Is it Stealing or Sharing?

Is piracy of digital information (music, videos, ebooks, etc.) the same as stealing?  Matt Yglesias says no:

The two acts have almost nothing in common besides being illegal. If I email you a copy of the new Fountains of Wayne album, then nobody has less stuff than they had pre-emailing. By contrast, if I break into Adam Schlesinger’s house, take his shoes, and then give the shoes to you, the upshot is that Schlesinger has less shoes than he had before.

I’ve always been bothered by this argument. Let’s take a closer look at it.

First, what’s the effect of stealing Adam Schlesinger’s shoes? Saying that he has “less shoes” than before is correct, but in a money economy, if you want to compare two different things you really want to convert them into dollar values first. So what is Schlesinger’s financial loss here? Is it the retail price of the shoes? That’s one way of looking at it. But in the real world, we usually make some adjustments. If Schlesinger bought the shoes at a discount store, they’re worth less to him. If the shoes are old, they’re worth less still. If Schlesinger never liked the shoes in the first place and doesn’t wear them anymore, maybe they’re worth almost nothing. Who knows? Basically, though, what you can say is that his financial loss is the retail price of the shoes modified by some factor that depends on circumstances.

Now, what if we steal a copy of his new album? What’s his financial loss? Is it the retail cost of the album? Again, that’s one way of looking at it. But in the real world we make adjustments. If the album is normally sold at a discount, it’s worth less. If we only care about Schlesinger, and not the rest of the production chain, then his loss is the royalty payment he won’t get on the album you didn’t buy. On the other hand, if you just downloaded the album on a lark and never would have paid real money for it in the first place, his loss is almost nothing. Who knows? But again, what you can say is that that his financial loss is the retail price of the album modified by some factor that depends on circumstances.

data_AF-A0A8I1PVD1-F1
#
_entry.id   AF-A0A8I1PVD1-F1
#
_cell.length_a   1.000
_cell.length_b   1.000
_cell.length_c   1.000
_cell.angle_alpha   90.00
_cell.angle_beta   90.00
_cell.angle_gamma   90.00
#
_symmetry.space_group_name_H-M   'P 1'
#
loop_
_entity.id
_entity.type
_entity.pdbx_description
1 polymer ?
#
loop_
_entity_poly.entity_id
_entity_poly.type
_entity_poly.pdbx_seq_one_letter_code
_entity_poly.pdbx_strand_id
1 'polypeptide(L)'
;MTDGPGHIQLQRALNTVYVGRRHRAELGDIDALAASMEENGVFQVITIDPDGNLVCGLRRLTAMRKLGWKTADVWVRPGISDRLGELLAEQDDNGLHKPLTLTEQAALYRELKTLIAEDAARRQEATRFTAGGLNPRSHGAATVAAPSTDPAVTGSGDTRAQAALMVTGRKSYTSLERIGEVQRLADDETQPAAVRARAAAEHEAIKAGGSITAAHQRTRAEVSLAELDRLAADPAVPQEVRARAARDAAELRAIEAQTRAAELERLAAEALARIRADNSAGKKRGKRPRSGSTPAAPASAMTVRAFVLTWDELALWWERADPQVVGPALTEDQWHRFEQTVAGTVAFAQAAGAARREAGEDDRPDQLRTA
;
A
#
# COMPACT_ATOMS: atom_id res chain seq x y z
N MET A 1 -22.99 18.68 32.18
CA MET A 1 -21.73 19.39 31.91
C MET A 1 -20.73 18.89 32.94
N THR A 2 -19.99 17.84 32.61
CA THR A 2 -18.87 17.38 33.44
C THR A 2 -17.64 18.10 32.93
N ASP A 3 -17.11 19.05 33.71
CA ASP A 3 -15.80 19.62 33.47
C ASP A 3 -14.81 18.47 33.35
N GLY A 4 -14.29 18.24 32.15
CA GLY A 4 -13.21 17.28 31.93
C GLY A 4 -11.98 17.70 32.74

Economically, this is all that matters. In both cases, you’re causing Adam Schlesinger to take a financial loss. Maybe it’s big, maybe it’s small, but it’s theoretically quantifiable. That makes these cases very similar.

Now, it’s true that there are lots of ways of causing people to take a financial loss, and not all of them come under the rubric of stealing. So at first glance, it might seem fair to object to the word in a digital context. But in actual operation, this objection rarely strikes me as arising out of sophisticated arguments about nonrival goods. Rather, it mostly seems to be a way of avoiding the very real fact that you’ve caused someone a financial loss by appropriating something you haven’t paid for. In that sense, “stealing” is a whole lot more descriptive than “copyright infringement” or “illegal downloading.”

None of this is meant to take sides on the broader questions of appropriate copyright policy or intellectual property law in general. For the most part, I tend to agree with the pro-reform camp on these issues, and I think that lots of corporate abuse of current IP law is both foolish and blinkered. Still, no matter what kind of IP rules you favor, if you break those rules I think that calling it stealing is pretty close to the mark. Matt finishes with this:

In some ways I think the decision of the pro-copying community to try to appropriate the language of “sharing” as an alternative to the language of “piracy” simply served to obscure how genuinely different digital copying is. Even if you and I “share” a physical object, there are still limits. If I borrow my girlfriend’s car to drive somewhere, I haven’t stolen it from her, but it’s genuinely the case that she can’t use it until I bring it back. If she copies a file I own, then we both have it.

True enough. But if he had a draft magazine article stored on his hard drive, and his girlfriend copied it and sold it somewhere without his knowledge, I’ll bet he’d consider it stolen — possibly with the word emphasized by hurled crockery and intemperate language. He’d consider it stolen even though, technically, he still has a copy too. And he’d be right to. Before the theft, he had the potential to earn a certain amount of money by selling the publishing rights to his work. Afterward, he didn’t. That potential may not be a tangible physical object, but that doesn’t make it a nonrival good. Once it’s gone, it’s gone.


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